The ride is not over, and there may be more sharp turns ahead.
Only a week ago, Sanks was no better than No. 3 on the depth chart at tailback, still burdened by the extra weight he brought to preseason drills — and the resulting loss in confidence from Coach Mark Richt.
If Georgia had played a game this week, however, Sanks might have been the starter. Musa Smith has been slowed by a hip-flexor injury and Kenny Bailey has a shoulder injury, but there may be more to Sanks' comeback story than the minor injuries suffered by others at his position.
Richt and running backs coach Tony Pierce had good words all week about Sanks, who took advantage of his increased practice exposure to remind the coaches that he is the most physical and punishing runner of Georgia's tailbacks.
Smith is expected to return from his injury to start in next Saturday's 6:30 p.m. home game against Arkansas, but Sanks may be ready to make the most of his senior season.
Said Sanks: "Eventually, you get old and mature.''
Sanks was called anything but mature when he reported this summer weighing close to 250 pounds — at least 15 pounds heavier than expected. This followed an embarrassing arrest at a Columbus hotel last December, leaving Sanks with a misdemeanor charge of possession of marijuana.
With Sanks insisting he was only in the wrong place at the wrong time, the charges were dropped. Even so, considering that Sanks spent most of his 2000 season in Coach Jim Donnan's bad graces and then made a poor first impression with Richt, it seemed probable that he would spend his senior season in the shadows.
Instead, Sanks is back in the tailback picture. He ran hard when given an opportunity against South Carolina, gaining 27 yards on six carries, including a long run of 14 yards, and then caught Richt's attention by running over a defensive back to score in a goal-line drill early this week.
"I like what Jasper did,'' Richt said Monday. "He picked up the blitz well and had a fine goal-line run. He ran over a defender to get in.''
Added Pierce: "I've been saying all along he's right there. I felt all along we had three backs if any of them went down.
"He ran the ball real hard (against South Carolina). He was physical. We knew what he could do. We know he's right there to really pound the ball. ''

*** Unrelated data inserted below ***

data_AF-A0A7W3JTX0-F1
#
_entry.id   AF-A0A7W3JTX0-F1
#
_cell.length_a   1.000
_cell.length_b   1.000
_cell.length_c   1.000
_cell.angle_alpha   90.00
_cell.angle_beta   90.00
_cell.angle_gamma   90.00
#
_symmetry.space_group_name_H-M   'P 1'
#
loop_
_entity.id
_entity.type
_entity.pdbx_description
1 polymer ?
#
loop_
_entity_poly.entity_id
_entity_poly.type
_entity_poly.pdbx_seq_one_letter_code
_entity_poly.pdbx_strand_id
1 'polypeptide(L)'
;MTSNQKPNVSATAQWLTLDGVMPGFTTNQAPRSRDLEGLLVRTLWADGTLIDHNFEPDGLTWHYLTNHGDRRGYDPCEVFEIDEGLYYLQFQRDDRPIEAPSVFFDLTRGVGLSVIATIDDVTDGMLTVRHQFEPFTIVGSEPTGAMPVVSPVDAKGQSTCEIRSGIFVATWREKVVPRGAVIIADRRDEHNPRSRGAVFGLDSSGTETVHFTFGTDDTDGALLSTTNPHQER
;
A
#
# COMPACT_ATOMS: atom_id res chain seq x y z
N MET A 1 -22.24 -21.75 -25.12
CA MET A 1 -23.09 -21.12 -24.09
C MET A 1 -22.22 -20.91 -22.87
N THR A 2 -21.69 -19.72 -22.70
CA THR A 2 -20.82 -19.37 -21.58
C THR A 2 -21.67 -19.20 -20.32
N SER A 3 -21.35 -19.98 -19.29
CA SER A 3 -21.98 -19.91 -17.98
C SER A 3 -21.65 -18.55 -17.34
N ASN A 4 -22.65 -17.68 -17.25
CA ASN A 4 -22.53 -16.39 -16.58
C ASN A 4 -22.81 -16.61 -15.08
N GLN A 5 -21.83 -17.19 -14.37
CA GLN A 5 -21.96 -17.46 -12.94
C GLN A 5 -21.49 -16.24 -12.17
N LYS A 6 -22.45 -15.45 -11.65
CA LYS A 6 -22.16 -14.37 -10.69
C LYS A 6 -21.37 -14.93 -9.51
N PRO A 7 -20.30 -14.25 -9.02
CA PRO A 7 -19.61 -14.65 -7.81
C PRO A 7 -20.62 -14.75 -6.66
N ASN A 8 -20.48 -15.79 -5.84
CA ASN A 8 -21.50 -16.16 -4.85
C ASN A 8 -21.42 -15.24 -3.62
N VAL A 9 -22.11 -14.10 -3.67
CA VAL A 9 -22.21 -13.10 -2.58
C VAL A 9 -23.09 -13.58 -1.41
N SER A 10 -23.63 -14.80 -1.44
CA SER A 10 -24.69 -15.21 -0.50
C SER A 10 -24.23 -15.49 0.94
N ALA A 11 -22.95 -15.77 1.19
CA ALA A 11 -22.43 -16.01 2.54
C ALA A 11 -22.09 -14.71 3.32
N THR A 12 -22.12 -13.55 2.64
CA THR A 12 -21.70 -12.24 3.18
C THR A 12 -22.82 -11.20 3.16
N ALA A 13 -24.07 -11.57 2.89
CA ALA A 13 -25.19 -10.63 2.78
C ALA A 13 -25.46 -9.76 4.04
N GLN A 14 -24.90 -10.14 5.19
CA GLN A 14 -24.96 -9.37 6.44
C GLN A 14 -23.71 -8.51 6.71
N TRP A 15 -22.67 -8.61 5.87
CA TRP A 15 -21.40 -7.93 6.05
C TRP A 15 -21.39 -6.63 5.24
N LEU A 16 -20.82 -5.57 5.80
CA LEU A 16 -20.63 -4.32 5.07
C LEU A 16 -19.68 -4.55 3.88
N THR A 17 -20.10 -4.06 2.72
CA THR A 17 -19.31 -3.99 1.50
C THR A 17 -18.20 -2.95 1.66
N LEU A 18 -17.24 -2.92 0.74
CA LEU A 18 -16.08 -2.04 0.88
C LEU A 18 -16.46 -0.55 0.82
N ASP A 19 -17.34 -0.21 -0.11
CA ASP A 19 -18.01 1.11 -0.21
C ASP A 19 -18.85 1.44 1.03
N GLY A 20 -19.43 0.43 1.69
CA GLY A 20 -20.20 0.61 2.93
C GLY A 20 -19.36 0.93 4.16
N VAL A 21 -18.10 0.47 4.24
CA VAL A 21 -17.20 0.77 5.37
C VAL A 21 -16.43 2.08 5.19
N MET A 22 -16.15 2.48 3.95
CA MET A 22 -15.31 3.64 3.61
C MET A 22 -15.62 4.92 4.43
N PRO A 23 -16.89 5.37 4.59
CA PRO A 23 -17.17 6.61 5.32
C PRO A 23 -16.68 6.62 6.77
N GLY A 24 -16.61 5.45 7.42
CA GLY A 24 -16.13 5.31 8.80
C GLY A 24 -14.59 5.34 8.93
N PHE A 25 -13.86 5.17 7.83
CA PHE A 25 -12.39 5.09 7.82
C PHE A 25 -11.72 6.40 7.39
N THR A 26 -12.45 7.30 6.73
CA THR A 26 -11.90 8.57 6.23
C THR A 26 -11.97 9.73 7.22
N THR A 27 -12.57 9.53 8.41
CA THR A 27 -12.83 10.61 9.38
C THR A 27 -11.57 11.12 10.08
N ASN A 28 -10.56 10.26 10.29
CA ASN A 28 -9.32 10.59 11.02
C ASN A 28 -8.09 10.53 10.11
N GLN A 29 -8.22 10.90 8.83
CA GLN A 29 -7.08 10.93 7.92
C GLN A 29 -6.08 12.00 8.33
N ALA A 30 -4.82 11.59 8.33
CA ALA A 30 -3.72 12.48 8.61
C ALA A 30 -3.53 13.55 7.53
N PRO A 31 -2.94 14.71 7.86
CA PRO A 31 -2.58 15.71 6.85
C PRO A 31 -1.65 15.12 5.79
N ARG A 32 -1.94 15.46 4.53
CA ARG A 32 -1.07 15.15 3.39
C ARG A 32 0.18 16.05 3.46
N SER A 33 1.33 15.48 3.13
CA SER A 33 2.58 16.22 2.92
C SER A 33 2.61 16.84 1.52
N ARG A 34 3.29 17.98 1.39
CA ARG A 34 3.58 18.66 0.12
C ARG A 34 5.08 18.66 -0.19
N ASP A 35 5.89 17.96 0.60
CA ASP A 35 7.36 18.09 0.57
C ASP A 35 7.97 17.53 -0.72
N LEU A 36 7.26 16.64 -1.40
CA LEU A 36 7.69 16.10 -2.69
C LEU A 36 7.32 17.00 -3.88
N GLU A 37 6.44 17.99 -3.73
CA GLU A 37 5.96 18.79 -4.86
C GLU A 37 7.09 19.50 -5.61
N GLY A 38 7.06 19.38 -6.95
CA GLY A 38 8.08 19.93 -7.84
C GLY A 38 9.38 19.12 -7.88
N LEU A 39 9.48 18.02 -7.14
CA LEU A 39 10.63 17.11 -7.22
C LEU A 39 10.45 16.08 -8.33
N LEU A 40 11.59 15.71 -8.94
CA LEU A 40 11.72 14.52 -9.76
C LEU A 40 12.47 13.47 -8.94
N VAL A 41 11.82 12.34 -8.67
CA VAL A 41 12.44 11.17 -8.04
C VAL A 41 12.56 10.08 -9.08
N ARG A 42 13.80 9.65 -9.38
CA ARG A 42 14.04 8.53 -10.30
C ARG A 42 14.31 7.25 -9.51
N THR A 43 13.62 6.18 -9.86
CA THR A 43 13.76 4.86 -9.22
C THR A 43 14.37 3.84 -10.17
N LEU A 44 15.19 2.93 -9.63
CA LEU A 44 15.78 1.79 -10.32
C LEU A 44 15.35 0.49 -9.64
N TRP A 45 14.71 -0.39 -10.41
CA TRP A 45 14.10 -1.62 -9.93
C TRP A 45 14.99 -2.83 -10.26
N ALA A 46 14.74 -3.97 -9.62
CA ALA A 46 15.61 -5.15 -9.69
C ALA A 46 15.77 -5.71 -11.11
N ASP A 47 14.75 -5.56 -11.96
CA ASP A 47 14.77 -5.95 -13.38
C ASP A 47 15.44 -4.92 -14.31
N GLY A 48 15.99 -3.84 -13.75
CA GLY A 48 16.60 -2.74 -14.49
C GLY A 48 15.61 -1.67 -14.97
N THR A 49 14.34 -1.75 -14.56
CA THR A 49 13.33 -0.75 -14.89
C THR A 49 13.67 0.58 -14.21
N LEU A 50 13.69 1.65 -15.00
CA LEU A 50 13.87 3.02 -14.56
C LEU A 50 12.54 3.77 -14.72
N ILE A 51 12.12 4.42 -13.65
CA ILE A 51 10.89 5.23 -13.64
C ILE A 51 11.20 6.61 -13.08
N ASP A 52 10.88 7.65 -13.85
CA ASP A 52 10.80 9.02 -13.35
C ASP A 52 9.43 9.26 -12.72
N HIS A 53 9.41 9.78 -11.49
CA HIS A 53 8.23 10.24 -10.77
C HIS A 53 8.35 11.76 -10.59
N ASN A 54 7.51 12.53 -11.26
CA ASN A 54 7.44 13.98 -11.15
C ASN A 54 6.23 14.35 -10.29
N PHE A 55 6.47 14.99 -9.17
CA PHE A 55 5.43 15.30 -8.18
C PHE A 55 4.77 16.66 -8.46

On Georgia's opening possession of the second half against South Carolina, Sanks had runs of 14, 5, 2 and 5 yards. When he jogged to the sideline after his last run, Sanks was greeted by a surprisingly loud ovation from Georgia fans, who seemed to be saying "Welcome back.''
Said Sanks: "I heard that. It was pretty obvious. I came out and heard a big roar. It was a good feeling, knowing that a lot of people are still supporting me, no matter what you are going through in the rough times.''
When Georgia returns to practice Monday, Sanks might open with the No. 1 offense if Smith is not yet full speed.
"I really don't even think about that,'' Sanks said. "The main thing is I've been going out and working hard and trying to seize the moment because it is competitive. We don't know who is going to go down.''
Sanks appeared to be emerging as a top back as a sophomore in 1999 when he rushed for 896 yards, but the season was marred by fumbles against Florida and Georgia Tech. He became the first Georgia back since Garrison Hearst in 1992 to post three straight 100-yard games, but he fell back to 352 yards rushing last season as Donnan's staff juggled Smith, Sanks, Bruce Thornton, Brett Millican and others at the position.
Sanks missed most of last spring with a right knee sprain, but now says "I feel good.''
Let the ride continue.
"It's been all uphill so far, but one day it's all going to be downhill,'' he said. "That's just the way I think. I thank God for my family and everybody back home who's on my side. No matter what, I'm going to always keep faith.''